Skip to Main Content

This is the first in a four-part blog series on how to get started with redesigning your website. In this series, we’ll help you identify and navigate some of the key questions to answer before you push any pixels, write a line of code, or brainstorm new copy.

We get asked by clients and potential clients all the time what’s better, Squarespace or WordPress? Drupal or Hugo? But these questions are really like comparing apples and oranges. While each of these are website platforms, they all serve different purposes and provide different functionality. It’s important to understand the various platform types before you try and answer the question “which one is right for my needs.”

Platform types: So what’s the difference?

In this context, when we refer to “website platforms” we are not talking about the underlying programming language or web development platform (e.g., PHP,, JSP, Angular, etc.). We are talking about tools you use to build, publish, update, and maintain your website. The former will certainly have implications regarding the site’s functionality, development and maintenance costs, the databases it uses, and the servers that host the site. But for the purposes of this series of posts, we are limiting the discussion to the latter definition of website platform.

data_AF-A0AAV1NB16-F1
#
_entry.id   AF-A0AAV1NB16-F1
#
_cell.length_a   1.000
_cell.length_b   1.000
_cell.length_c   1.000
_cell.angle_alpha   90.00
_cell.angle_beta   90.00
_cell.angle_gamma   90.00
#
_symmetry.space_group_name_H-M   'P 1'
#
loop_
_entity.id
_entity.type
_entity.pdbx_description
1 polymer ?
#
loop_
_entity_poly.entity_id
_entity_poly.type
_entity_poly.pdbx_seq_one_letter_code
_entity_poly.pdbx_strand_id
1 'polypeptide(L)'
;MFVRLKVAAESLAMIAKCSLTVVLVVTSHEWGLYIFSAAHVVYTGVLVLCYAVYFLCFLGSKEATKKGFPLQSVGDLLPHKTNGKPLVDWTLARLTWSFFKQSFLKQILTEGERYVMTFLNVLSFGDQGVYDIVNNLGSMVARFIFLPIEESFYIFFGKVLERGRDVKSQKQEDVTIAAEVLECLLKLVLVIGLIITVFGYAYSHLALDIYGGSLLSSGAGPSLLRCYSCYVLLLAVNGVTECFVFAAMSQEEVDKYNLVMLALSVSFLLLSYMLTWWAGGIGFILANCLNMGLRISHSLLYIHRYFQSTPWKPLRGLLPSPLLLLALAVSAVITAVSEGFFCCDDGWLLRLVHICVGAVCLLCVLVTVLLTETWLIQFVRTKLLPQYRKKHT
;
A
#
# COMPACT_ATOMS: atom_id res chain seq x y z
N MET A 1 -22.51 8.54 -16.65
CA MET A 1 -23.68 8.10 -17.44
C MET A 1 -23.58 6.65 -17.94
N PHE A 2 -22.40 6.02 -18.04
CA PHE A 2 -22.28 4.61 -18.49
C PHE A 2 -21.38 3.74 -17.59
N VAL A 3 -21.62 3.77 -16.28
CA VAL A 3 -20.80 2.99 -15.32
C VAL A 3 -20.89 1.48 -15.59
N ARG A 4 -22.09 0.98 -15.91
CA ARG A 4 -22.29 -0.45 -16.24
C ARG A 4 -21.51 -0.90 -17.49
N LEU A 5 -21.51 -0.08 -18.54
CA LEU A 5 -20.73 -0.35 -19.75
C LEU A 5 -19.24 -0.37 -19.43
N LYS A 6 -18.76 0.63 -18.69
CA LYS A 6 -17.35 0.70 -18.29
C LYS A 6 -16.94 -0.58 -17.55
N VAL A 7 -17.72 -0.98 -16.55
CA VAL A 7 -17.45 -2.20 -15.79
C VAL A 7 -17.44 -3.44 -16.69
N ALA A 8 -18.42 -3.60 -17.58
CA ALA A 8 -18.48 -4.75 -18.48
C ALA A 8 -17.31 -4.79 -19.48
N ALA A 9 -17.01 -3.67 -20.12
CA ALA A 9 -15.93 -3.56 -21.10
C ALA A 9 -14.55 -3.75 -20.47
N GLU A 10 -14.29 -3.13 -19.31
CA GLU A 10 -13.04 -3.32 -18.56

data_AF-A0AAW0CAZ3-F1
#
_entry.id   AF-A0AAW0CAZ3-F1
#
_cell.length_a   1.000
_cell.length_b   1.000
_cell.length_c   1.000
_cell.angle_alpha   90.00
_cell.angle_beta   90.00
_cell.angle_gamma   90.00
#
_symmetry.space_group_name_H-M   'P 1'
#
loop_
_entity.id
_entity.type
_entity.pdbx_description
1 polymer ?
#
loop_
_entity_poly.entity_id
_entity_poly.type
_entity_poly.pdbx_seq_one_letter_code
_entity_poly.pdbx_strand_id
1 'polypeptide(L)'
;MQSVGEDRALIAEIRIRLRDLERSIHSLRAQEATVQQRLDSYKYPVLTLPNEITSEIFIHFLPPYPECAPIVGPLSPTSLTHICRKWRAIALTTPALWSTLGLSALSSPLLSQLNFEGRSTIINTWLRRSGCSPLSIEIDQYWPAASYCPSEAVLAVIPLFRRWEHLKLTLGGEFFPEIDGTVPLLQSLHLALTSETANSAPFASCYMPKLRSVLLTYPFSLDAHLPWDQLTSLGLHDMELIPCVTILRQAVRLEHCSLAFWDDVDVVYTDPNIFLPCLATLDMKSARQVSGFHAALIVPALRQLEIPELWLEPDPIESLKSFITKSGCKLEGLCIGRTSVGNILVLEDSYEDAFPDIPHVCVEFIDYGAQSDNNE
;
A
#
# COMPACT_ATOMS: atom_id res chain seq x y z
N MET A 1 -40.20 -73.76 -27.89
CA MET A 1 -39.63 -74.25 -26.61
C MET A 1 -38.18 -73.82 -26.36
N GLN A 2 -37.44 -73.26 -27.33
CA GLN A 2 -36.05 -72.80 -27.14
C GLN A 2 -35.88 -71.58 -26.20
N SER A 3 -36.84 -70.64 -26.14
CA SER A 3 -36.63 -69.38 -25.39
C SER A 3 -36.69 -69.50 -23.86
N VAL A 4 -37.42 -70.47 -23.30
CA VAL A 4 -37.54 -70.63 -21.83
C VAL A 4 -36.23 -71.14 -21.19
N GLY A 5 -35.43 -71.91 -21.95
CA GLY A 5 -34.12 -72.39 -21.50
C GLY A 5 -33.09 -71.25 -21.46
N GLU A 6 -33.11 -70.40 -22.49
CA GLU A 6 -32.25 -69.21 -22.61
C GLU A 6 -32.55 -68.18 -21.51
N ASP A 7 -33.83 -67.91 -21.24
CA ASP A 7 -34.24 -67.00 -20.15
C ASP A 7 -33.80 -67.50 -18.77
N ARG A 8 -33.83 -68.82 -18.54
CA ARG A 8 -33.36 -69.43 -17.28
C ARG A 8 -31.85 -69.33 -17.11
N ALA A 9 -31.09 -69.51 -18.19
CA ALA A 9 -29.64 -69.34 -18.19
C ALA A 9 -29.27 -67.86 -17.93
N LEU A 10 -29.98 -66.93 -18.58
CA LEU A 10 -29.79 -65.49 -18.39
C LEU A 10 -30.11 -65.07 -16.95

Following are five platform types you may be considering for your website.

Content Management Systems

Often referred to by their abbreviation, CMS or WCMS for Web Content Management Systems, these platforms are really popular for building websites. They are designed to handle frequent and sometimes complex amounts of content from videos to blog posts. They provide easy tools to manage your content (hence the name) and tend to be open source and very versatile for supporting many customizations. Content Management Systems have become a useful part of a web developer’s toolbox. Although you technically don’t have to know a single line of code to publish content using a CMS, the learning curve for some CMS platforms can be slightly steep if you are not familiar with a bit of HTML.

And then there’s figuring out: Which CMS is best for me? How much is it going to cost me? What is the learning curve? What features does each CMS offer that my business requires? But let’s not jump ahead. We’ll cover some of of these CMS-specific questions in the third blog post in this series.